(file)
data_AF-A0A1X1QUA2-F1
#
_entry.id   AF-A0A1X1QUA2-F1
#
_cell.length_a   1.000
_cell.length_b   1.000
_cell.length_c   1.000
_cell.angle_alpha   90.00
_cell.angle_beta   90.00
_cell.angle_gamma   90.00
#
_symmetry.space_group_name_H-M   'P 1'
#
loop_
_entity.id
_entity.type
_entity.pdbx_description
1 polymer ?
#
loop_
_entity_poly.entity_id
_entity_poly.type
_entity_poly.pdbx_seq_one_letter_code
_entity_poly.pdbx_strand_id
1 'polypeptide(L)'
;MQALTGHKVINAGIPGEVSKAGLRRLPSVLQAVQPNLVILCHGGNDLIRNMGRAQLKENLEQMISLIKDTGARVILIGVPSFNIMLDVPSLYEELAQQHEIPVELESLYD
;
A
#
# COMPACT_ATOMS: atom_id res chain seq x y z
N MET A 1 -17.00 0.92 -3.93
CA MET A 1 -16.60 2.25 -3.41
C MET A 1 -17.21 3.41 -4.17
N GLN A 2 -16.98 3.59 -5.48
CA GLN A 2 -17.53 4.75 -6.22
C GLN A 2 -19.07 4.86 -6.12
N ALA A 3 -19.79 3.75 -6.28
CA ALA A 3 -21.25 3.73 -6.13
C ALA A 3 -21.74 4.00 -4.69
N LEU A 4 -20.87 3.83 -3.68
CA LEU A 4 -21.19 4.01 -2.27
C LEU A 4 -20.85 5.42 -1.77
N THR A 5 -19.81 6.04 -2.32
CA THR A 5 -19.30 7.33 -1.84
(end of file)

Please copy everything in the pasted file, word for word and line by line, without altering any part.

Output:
data_AF-A0A1X1QUA2-F1
#
_entry.id   AF-A0A1X1QUA2-F1
#
_cell.length_a   1.000
_cell.length_b   1.000
_cell.length_c   1.000
_cell.angle_alpha   90.00
_cell.angle_beta   90.00
_cell.angle_gamma   90.00
#
_symmetry.space_group_name_H-M   'P 1'
#
loop_
_entity.id
_entity.type
_entity.pdbx_description
1 polymer ?
#
loop_
_entity_poly.entity_id
_entity_poly.type
_entity_poly.pdbx_seq_one_letter_code
_entity_poly.pdbx_strand_id
1 'polypeptide(L)'
;MQALTGHKVINAGIPGEVSKAGLRRLPSVLQAVQPNLVILCHGGNDLIRNMGRAQLKENLEQMISLIKDTGARVILIGVPSFNIMLDVPSLYEELAQQHEIPVELESLYD
;
A
#
# COMPACT_ATOMS: atom_id res chain seq x y z
N MET A 1 -17.00 0.92 -3.93
CA MET A 1 -16.60 2.25 -3.41
C MET A 1 -17.21 3.41 -4.17
N GLN A 2 -16.98 3.59 -5.48
CA GLN A 2 -17.53 4.75 -6.22
C GLN A 2 -19.07 4.86 -6.12
N ALA A 3 -19.79 3.75 -6.28
CA ALA A 3 -21.25 3.73 -6.13
C ALA A 3 -21.74 4.00 -4.69
N LEU A 4 -20.87 3.83 -3.68
CA LEU A 4 -21.19 4.01 -2.27
C LEU A 4 -20.85 5.42 -1.77
N THR A 5 -19.81 6.04 -2.32
CA THR A 5 -19.30 7.33 -1.84